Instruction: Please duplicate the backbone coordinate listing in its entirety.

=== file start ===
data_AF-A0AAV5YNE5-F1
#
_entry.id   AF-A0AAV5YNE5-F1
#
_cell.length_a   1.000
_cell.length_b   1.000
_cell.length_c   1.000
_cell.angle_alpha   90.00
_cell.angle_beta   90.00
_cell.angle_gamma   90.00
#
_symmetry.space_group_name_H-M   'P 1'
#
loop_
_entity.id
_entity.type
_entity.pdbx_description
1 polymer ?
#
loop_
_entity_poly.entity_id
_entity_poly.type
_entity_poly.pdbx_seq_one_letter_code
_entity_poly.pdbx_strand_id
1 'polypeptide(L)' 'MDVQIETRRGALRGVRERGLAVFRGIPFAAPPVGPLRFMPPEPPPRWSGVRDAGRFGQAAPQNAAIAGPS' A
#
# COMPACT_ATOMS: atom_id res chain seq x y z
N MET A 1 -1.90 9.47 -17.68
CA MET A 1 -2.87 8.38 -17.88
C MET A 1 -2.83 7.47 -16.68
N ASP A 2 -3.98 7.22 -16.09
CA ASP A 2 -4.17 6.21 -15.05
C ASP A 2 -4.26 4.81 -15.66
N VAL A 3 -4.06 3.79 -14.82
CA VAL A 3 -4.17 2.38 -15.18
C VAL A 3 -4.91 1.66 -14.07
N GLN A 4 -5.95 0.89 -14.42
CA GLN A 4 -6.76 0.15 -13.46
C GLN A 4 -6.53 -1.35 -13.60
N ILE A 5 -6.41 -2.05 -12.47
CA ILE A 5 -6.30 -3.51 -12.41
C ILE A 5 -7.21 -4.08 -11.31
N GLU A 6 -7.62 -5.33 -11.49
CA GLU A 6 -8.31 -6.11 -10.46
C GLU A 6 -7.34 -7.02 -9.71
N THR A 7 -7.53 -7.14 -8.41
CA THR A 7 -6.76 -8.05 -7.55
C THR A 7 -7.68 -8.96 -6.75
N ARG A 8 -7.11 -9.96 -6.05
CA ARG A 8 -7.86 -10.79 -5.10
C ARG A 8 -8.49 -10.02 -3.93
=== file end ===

data_AF-A0AAV5YNE5-F1
#
_entry.id   AF-A0AAV5YNE5-F1
#
_cell.length_a   1.000
_cell.length_b   1.000
_cell.length_c   1.000
_cell.angle_alpha   90.00
_cell.angle_beta   90.00
_cell.angle_gamma   90.00
#
_symmetry.space_group_name_H-M   'P 1'
#
loop_
_entity.id
_entity.type
_entity.pdbx_description
1 polymer ?
#
loop_
_entity_poly.entity_id
_entity_poly.type
_entity_poly.pdbx_seq_one_letter_code
_entity_poly.pdbx_strand_id
1 'polypeptide(L)' 'MDVQIETRRGALRGVRERGLAVFRGIPFAAPPVGPLRFMPPEPPPRWSGVRDAGRFGQAAPQNAAIAGPS' A
#
# COMPACT_ATOMS: atom_id res chain seq x y z
N MET A 1 -1.90 9.47 -17.68
CA MET A 1 -2.87 8.38 -17.88
C MET A 1 -2.83 7.47 -16.68
N ASP A 2 -3.98 7.22 -16.09
CA ASP A 2 -4.17 6.21 -15.05
C ASP A 2 -4.26 4.81 -15.66
N VAL A 3 -4.06 3.79 -14.82
CA VAL A 3 -4.17 2.38 -15.18
C VAL A 3 -4.91 1.66 -14.07
N GLN A 4 -5.95 0.89 -14.42
CA GLN A 4 -6.76 0.15 -13.46
C GLN A 4 -6.53 -1.35 -13.60
N ILE A 5 -6.41 -2.05 -12.47
CA ILE A 5 -6.30 -3.51 -12.41
C ILE A 5 -7.21 -4.08 -11.31
N GLU A 6 -7.62 -5.33 -11.49
CA GLU A 6 -8.31 -6.11 -10.46
C GLU A 6 -7.34 -7.02 -9.71
N THR A 7 -7.53 -7.14 -8.41
CA THR A 7 -6.76 -8.05 -7.55
C THR A 7 -7.68 -8.96 -6.75
N ARG A 8 -7.11 -9.96 -6.05
CA ARG A 8 -7.86 -10.79 -5.10
C ARG A 8 -8.49 -10.02 -3.93